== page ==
Sunday, January 22, 2012

Tales of Greasy and Grubby: Honey and Bling

It has been a little while since I shared a story about Greasy and Grubby.  If you are a frequent reader of my stories, you know Greasy now lives far away from Grubby, and the two made a recent visit to El Salvador together.  Greasy has a new sister church in Peru, and Grubby (that would be me) continues to be in a close relationship with her sister church community and the people of El Salvador.  Although Greasy's new church experiences carry her to another place, a piece of Greasy's heart will always be in El Salvador.  And although Greasy and Grubby tried on new nicknames during their most recent adventure in El Salvador, the names did not really stick.

Our idea for the recent visit was to surprise our sister church community.  The community would not expect the two of us to show up together -- it took a long while for them to accept that we no longer live on the same street (much less the same state), go to the same church or travel together.  This would be a true surprise.  Of course our sister pastor knew.  Of course our beloved Julia, one of las tres amigas knew.  We anticipated that others would find out through the grapevine or Facebook, but we hoped that most folks would rejoice in this great surprise.

We arrived very early in the morning and were bustled into Julia's house (our home in the community) for a nice long visit.  People started to stop by -- Julia is in a great location for that.  What fun it was to watch people's faces as they noticed us sitting under the cherry tree, especially the kids who screamed with delight and ran to the gate.

We know the community well, so ventured out to walk the pathways, pausing for conversation in the shade here and there and experiencing invitations and hospitality at every turn.  We visited the "mom with 8 kids."  Although we now know the names of the women in the community, back in the beginning of our relationship we came up with nicknames to help us remember who was who.  Now I use the nicknames when I am writing so that identities can be protected.  The first time we visited the "mom with 8 kids," we caught her off-guard.  She was so apologetic for the laundry and folded clothing which was piled on every surface in her tiny house.  She said, "with me and my husband and 8 kids, there is just no place to put it" and we had a good laugh about it as we nestled ourselves in and had a long chat amidst the piles of laundry.  This friend is the happiest mother we have ever met, disciplining her children with love, a little shake of the finger and a frown that turns quickly back into a smile, and treating her children as true treasures from God.  Her baby is a miracle, a ninth child arriving late in life 9 months after her firstborn was murdered.  During our recent visit, the baby slept while we sat and chatted.  Our friend told us that she was learning how to make jewelry, and she gave us each a beaded necklace and some seed earrings -- a bit of bling which highly entertained the baby who woke up to join us.

A young mom and her cousin, godchildren to our families, learned how to make tuti-fruti that day as a fresh treat for us.  The woman of the house, younger than both of us, has struggled to support her family by traveling to Honduras to purchase fruit and then cut it up to sell in the market.  She has always been so proud and excited to serve us tuti-fruti at her home, and we remembered together the first time she introduced us to tuti-fruti (watermelon, pineapple, strawberries and bananas cut up small and drizzled with honey) in 2001 after her children were baptized.  She is tired and not quite lucid.  She is receiving chemo-therapy for brain cancer.

We had many visits, and many surprise conversations in the pathways on our walks, and then...there were two surprise parties at the church.  Our coming had definitely not remained a secret.  The family commission (divided into four women's Bible study groups) teamed up:  two groups for an event on Saturday and two groups for an event on Sunday.  These were beautiful parties.  A welcome sign with our names was up on the wall.  The first party featured a devotion time and a really yummy Salvadoran treat that I cannot remember the name of but is sort of like a buñuelo soaked in honey, served with a sweet milky drink seasoned with whole cloves (in a traditional morro cup).  The women worked very hard all day to make these special treats.  After we finished the delicious refreshments, we received the gift of a song.  The two of us sat in our white plastic chairs, as the women and a few of their children sang to us about brothers and sisters being and working together.  Of course we were teary-eyed because to receive a gift such as this really is to experience the love of Christ.  With sticky honey on our fingers and our lips, we hugged and kissed and wished each other a good-night.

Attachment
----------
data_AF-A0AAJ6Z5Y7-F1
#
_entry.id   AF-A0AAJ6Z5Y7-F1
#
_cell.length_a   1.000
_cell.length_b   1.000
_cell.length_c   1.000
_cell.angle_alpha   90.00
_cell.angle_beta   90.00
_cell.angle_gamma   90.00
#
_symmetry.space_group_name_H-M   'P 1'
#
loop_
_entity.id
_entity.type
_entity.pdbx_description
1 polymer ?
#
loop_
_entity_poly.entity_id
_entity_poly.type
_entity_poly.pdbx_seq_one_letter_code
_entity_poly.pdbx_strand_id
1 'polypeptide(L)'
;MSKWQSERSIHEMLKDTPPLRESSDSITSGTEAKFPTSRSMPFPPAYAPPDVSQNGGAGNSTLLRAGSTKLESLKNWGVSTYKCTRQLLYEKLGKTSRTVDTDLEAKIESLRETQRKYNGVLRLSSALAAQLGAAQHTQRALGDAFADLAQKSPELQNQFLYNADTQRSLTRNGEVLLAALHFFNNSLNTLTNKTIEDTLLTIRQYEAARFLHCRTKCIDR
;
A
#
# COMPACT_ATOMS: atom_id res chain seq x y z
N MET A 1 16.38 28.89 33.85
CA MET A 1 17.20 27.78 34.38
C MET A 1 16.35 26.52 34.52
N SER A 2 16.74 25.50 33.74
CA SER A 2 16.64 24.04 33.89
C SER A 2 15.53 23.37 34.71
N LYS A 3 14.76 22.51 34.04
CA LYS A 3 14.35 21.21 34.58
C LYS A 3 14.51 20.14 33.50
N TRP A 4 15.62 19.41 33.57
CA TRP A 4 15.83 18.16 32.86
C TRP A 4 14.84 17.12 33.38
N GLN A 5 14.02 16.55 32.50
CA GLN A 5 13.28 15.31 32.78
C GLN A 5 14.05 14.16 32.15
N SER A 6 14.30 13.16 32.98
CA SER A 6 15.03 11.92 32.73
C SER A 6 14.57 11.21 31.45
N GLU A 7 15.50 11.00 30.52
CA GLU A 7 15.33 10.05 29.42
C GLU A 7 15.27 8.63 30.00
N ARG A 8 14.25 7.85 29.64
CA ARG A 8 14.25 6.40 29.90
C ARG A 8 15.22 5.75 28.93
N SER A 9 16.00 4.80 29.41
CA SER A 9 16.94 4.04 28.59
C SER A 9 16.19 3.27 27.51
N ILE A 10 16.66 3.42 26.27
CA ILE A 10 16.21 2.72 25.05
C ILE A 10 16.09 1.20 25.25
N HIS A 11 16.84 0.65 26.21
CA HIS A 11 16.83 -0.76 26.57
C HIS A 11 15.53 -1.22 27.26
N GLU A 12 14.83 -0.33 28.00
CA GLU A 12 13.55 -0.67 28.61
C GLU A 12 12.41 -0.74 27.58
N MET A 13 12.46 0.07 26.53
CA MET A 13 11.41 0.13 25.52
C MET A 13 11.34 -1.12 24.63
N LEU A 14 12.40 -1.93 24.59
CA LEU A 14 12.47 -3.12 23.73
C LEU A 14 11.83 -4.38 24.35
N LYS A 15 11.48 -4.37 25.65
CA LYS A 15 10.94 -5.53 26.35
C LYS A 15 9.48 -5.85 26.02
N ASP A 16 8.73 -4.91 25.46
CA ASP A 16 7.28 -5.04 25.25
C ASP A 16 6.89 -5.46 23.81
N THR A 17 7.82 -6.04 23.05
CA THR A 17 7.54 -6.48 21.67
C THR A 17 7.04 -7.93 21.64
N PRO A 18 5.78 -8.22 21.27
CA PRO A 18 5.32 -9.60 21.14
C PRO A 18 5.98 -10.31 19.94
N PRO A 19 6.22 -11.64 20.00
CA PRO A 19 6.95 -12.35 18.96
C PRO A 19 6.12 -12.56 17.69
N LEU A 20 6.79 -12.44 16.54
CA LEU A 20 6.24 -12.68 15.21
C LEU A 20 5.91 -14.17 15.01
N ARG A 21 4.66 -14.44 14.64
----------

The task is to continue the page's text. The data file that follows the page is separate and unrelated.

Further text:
The second party was held after church on Sunday.  Many of the women had attended workshops to learn to make beaded jewelry with pearls and sparkles and colorful beads and natural seeds.  We were bedecked and bedazzled with necklaces and bracelets and earrings and small purses.  Since Grubby is short, she was the first to be decorated, and being the comedian she is, did a little model-walk and twirl which elicited clapping and cheers.  Greasy is quite tall, so it took a bit of stretching and ducking which provided just enough of a delay so that when the crowd called for her to do a strut and twirl, it was captured by a pastor with a quick grab of Grubby's camera.  Sadly, Grubby promised Greasy never to publish these photos.  The truth is that no matter how much bling you dangle onto us on a really hot day, we retain our true identities as Greasy and Grubby.  After the fashion show, the women presented Greasy with a very special gift - a lacquered map of El Salvador with a traditional scene on the front, and a hand-written message on the back:  For our dear friend...on behalf of Sector No. 1 with much caring and love, hoping that you will always remember all of your friends. Each name of the Sector 1 Bible Study group was inscribed below the message.  Another gift of love, and a few more tears.  Then, the two of us were invited to a table which was filled with fruit.  Each woman had brought fruit from her garden or the market - and it was quite a banquet!  Everyone was able to share in the sweet goodness.  We received gifts of fruit to carry with us.  There were hugs and kisses because it was time to say good-bye.